Abrams, an Atlanta lawmaker and former House minority leader, is one of two major candidates on the Democratic side of the 2018 contest. The other is state Rep. Stacey Evans of Smyrna. Both are lawyers. Both have admirable, by-the-bootstraps biographies.
Abrams is black. Evans is white.
In politics, you often lead with candidates who look like the voters you need – but don’t have. This is one reason why Republicans give prominent roles to African-Americans within their camp.
Likewise, Evans fits the pattern of recent Democratic attempts to return to power by appealing to white, independent voters – even though a strong majority of the party’s voters and activists are black. It is a general election strategy.
A video that accompanied the launch of Evans' campaign, entitled "16 Homes," told of Evans' mobile-home upbringing in far north Georgia. It set many Democratic mouths to watering.
“She has a powerful message,” Atlanta Mayor Kasim Reed said of Evans early this month, via Twitter.
This is the thinking that Abrams wants to subvert, with a nationalized campaign that unites white Democratic progressives with African-American women. The latter are the most reliable demographic within the Democratic party, nationally and in Georgia.
"I'm not going to shy away from the fact that people of color have to be centered in my campaign, because I know I can talk to people of color and white people at the same time, and they're not going to recoil from one another," Abrams said Thursday on Hellbent, a feminist podcast.
“We have to stop recruiting the candidates that look like what we wish we had, and we have to recruit candidates that look like where we are,” she said.
Enter Beyoncé. Or at least a slice of her lyrics.
"Get in Formation" is the effort by three national, black-oriented political organizations that debuted earlier this month – with the goal of rallying black women behind Abrams. The Beyoncé reference was no accident. "Formation" was a hit from last year's "Lemonade" album.
“It honors the power and solidarity of black women. It definitely resonated with black women, but also with all types of women,” explained Sharline Chiang, a spokeswoman for San Francisco-based Democracy in Color, one of the three groups behind the project.
Then there's the convenient book contract that Abrams nailed down last week. Publication of "Minority Leader: How to Lead from the Outside and Make Real Change" is conveniently set for next April.
“It is aimed at emerging female leaders and leaders of color who must grapple with the implications of race, class, gender and otherness,” according to the press release.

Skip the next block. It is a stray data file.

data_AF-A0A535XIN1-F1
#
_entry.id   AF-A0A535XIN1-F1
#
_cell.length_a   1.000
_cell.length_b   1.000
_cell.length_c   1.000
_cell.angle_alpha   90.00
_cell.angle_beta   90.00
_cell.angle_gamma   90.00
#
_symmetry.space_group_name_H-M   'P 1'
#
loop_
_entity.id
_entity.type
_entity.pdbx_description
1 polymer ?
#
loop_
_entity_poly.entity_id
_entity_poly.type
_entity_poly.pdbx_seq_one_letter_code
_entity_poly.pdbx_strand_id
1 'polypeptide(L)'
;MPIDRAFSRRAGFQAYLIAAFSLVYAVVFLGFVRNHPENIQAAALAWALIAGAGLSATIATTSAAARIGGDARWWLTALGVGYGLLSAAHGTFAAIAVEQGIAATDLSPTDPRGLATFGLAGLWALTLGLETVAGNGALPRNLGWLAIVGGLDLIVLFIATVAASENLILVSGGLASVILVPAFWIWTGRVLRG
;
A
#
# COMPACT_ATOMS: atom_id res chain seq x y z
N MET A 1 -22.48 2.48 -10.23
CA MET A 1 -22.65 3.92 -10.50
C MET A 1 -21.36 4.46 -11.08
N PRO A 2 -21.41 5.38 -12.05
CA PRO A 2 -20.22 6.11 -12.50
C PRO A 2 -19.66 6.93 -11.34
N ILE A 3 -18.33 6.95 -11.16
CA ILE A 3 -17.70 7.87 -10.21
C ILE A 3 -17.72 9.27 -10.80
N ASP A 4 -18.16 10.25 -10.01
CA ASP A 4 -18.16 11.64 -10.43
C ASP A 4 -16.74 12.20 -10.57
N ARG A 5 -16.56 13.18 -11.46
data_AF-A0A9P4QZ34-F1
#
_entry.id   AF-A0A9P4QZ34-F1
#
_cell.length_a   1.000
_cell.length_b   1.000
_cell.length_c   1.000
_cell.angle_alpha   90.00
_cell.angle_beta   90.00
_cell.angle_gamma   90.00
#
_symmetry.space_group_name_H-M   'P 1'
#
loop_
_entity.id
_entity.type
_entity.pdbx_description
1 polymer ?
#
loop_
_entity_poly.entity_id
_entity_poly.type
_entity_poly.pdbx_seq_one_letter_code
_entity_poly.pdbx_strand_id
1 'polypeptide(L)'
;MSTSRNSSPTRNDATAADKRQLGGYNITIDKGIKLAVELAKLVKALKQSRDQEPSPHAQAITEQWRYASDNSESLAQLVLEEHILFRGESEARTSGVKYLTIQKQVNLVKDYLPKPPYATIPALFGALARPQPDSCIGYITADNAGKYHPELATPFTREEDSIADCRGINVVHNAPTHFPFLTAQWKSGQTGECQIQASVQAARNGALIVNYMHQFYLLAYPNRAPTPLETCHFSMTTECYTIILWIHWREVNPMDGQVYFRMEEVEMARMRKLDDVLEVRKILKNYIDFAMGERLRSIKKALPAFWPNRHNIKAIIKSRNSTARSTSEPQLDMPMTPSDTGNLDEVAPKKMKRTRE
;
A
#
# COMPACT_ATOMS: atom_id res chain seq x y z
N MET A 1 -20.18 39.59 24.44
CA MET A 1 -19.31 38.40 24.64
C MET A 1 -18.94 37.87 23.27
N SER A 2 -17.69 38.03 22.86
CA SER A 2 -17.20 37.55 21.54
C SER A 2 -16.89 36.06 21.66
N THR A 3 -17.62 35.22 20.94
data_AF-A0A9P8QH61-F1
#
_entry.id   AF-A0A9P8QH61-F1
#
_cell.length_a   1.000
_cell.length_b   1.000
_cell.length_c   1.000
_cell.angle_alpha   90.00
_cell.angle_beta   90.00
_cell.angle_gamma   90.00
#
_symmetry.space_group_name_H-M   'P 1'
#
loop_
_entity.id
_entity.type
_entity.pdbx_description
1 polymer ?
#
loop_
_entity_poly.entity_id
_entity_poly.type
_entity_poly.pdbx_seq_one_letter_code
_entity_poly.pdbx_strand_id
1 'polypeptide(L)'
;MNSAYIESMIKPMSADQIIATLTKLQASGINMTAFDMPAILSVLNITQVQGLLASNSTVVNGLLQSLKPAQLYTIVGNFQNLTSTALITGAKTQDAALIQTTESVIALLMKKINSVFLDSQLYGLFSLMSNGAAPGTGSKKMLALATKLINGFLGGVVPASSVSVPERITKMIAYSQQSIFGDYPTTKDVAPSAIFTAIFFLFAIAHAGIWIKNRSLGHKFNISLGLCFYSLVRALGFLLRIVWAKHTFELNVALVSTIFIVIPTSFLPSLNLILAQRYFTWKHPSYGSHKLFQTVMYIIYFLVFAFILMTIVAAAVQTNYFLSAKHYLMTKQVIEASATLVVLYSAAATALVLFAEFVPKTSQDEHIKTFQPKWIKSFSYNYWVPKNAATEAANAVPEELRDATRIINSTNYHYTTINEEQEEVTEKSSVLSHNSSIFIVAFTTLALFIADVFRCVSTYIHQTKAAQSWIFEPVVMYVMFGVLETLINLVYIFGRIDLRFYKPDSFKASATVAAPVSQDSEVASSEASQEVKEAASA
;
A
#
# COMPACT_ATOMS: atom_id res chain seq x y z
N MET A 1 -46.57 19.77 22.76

Finally, we have last week's endorsement of Abrams by U.S. Rep. John Lewis of Atlanta. Who is central to Abrams' argument.
Jesse Jackson’s 1984 and 1988 runs for president attracted little support from African-American political leaders who saw his campaigns as merely symbolic. When Barack Obama, an Illinois senator, launched his presidential run in 2007, many African-American leaders similarly stuck with a proven friend, Hillary Clinton.
John Lewis was among them. That is, until Obama’s candidacy was recognized as not just symbolic, but entirely viable. Racial unity was demanded by Obama supporters, and Lewis switched.
One suspects that Abrams would like the 2018 primary for governor to follow a similar path. And Lewis is a good start.
But this is not a fait accompli. Power within the Democratic Party of Georgia is widely diffused. Former Gov. Roy Barnes, who is backing Evans, remains very popular among black voters.
And while she has gathered up an impressive national following who would like to see her as the first black woman governor in the nation, Abrams is not uniformly popular at home.
Her relationship with Mayor Reed is chilly at best, for instance. And Abram’s tenure as leader of the House Democratic caucus was rife with complaints about a management style that was aloof and often uncommunicative.
Last Monday, the House Democratic caucus — a body that is overwhelmingly African-American — chose Abram’s successor. Members rejected state Rep. Carolyn Hugley of Columbus, a 24-year veteran and, as minority whip, a member of Abrams’ leadership team.
Instead, the caucus settled on state Rep. Bob Trammell of Luthersville, who joined the Legislature in 2015. Trammell told me that his victory was in no way a backlash against Abrams.
“There’s no one in the General Assembly who has been more effective at making the argument for Democratic policies,” he said.
Yet in private, several Democrats tell me that an Abrams backlash is precisely what doomed Hugley — who is African-American. Trammell is white.
Sherry Boston is the DeKalb County district attorney, an Evans supporter, and African-American. Last week, Boston was Evans’ host at a gathering of the Georgia Association of Black Women Attorneys.
“She got a great response,” Boston said. “A lot of people walked up to introduce themselves.” But the district attorney was careful to add that plenty of Abrams supporters were in the house, too.
Boston chose her words carefully when she explained her support for Evans, a personal friend. “I believe that Stacey Evans message of hope for all Georgians is one that can resonate with anyone in the state,” she said. “And I think that it’s important for each of us to make decisions on the basis of the candidate that we believe can best move Georgia forward.”
To counter Abrams, Evans will need more support from African-American leaders like Boston to offset the stampede of black voters that Abrams would clearly like to create.
But Abrams has her own challenge: To persuade cautious Democrats, thirsty for a statewide win, that a primary in which racial identity is heightened and the party is pushed significantly to the left will still have mathematical possibilities in November.